Terminology defined. Easy Questions

What's defined as a hot-cut?  
-Using existing rack/cables?
-Do outages go hand in hand with hot-cuts?  Or are outages/blackouts defined as operations 'ignoring' the flags that occurring, or is it an actual 'outage'.  

What is swinging? (L3 swing, swing over L3, etc.)
-Is this 'swinging' IP schemas?  Original is 10.0.1.0/24, new devices will be 10.0.2.0/24.  Maybe the schema is the same?  It could mean a lot of things as well, but elaborate!

If ISP is on the call with us, what are some validation commands I should ask for (QoS, MPLS, basic connectivity)?  Please list!

show ip interface brief....etc.
PeraHomanAsked:
Who is Participating?
I wear a lot of hats...

"The solutions and answers provided on Experts Exchange have been extremely helpful to me over the last few years. I wear a lot of hats - Developer, Database Administrator, Help Desk, etc., so I know a lot of things but not a lot about one thing. Experts Exchange gives me answers from people who do know a lot about one thing, in a easy to use platform." -Todd S.

Ken BooneNetwork ConsultantCommented:
So the terminology you are asking about is very subjective as to who is saying and what they like to call things.

In general a hot cut is basically a live cut.  There will generally be an outage while things are cut over.

Swinging - not a general term with a specific meaning.  I might use it if we are putting in a new circuit to replace an existing circuit and I would say we are going to swing over to the new circuit.  I might have used the word "swing" instead of "cut" as in cut over to the new circuit.

I have never heard swinging in terms of changing IP addressing.  That is usually referred to as changing your IP addressing ;)

To validate -
Make sure you can ping the connected ISP router, make sure you can ping out to things on the internet i.e. www.google.com, 8.8.8.8, etc..
Make sure there are no CRCs or errors on the circuit.
Test everything - i.e. web browsing, email, verify your hosted severs if any can be reached from the outside, etc..
Ken BooneNetwork ConsultantCommented:
BTW... I didn't reference your outage questions.  An outage is exactly what it says.  Things will be down during an outage.
PeraHomanAuthor Commented:
Can you elaborate on outages? How are things down during an outage? Do they just turn off the power, or power down switches?  If I schedule an outage what exactly happens? what about situations where a building has multiple tenants, networks or shared comm rooms?
Ken BooneNetwork ConsultantCommented:
So if you are changing ISP or perhaps someone might say cutting over to a new ISP.  There is a point at time in which you will disconnect the equipment from your router/firewall  from the old ISP and plug it into the new ISP.  During that timeframe there is an outage.  This would be an internet outage.  So anyone using that connection will not have internet until the new ISP is connected and working properly.  

If for instance you are upgrading your switches, you would have an outage while the switches reboot.  In that case it a complete network outage that will last until the switches come back up with the new code.

When you schedule an outage you are simply setting a time frame at which users may not have internet/network access.  So you might schedule an outage after business hours between 5pm and 6pm to change ISPs.  The actual time you are down might be as little as a couple of minutes if everything is done properly.  If there are configuration issues or troubleshooting that needs to occur then it might take longer.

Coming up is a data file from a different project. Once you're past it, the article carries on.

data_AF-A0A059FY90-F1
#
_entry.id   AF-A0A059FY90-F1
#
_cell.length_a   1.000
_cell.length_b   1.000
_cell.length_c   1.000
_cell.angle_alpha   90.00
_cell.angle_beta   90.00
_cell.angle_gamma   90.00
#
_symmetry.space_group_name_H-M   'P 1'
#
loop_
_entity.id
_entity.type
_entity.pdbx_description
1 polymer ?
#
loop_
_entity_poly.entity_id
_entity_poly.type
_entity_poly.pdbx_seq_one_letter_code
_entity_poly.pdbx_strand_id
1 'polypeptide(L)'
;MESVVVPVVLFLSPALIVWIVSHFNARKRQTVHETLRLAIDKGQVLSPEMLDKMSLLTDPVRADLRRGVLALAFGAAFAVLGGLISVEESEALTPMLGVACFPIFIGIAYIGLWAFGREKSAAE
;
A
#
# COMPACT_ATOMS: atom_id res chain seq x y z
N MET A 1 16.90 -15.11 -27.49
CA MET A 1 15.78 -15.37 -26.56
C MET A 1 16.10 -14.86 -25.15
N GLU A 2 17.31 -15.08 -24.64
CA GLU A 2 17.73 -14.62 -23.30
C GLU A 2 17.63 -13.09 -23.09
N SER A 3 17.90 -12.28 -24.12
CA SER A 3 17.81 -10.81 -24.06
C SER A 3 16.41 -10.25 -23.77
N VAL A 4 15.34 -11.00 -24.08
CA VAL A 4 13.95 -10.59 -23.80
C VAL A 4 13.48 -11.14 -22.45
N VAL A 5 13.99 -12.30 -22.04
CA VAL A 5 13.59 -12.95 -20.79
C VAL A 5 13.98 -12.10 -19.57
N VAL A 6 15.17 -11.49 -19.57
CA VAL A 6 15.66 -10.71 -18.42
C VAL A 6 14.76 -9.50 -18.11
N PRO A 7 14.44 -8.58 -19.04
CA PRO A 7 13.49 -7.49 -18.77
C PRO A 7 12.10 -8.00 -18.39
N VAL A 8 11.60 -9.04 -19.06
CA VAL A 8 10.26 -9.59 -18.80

In a multi tenant environment it depends.  If they are sharing the network resources, and the network resources need to go down for an upgrade, everyone takes a hit.  Just because they share the comm room doesn't necessarily mean anything for all the tenants.  They might share a comm room but each tenant might have their own ISP connection, their own switches, their own phone systems.  In that case the outage occurs only on the customers whose equipment you are touching.  If the equipment is shared then everyone will take the outage.  This is why you typically schedule these things for off hours and give everyone advanced notice.

An outage is really when we have a loss of something - network, phone system, internet, etc..  So it could be that there is an upgrade scheduled on the phone system.  Ok there is a point at time that the phones will go down, while the upgrade is installed.  Well that would be a phone outage.  It might be that you are upgrading a switch in a remote data closet in the building.  Well that would be an outage while that switch reboots, but it would only affect the users connected to that switch.

Hope that helps.

Experts Exchange Solution brought to you by

Your issues matter to us.

Facing a tech roadblock? Get the help and guidance you need from experienced professionals who care. Ask your question anytime, anywhere, with no hassle.

Start your 7-day free trial
PeraHomanAuthor Commented:
100000 points
It's more than this solution.Get answers and train to solve all your tech problems - anytime, anywhere.Try it for free Edge Out The Competitionfor your dream job with proven skills and certifications.Get started today Stand Outas the employee with proven skills.Start learning today for free Move Your Career Forwardwith certification training in the latest technologies.Start your trial today
Networking Hardware-Other

From novice to tech pro — start learning today.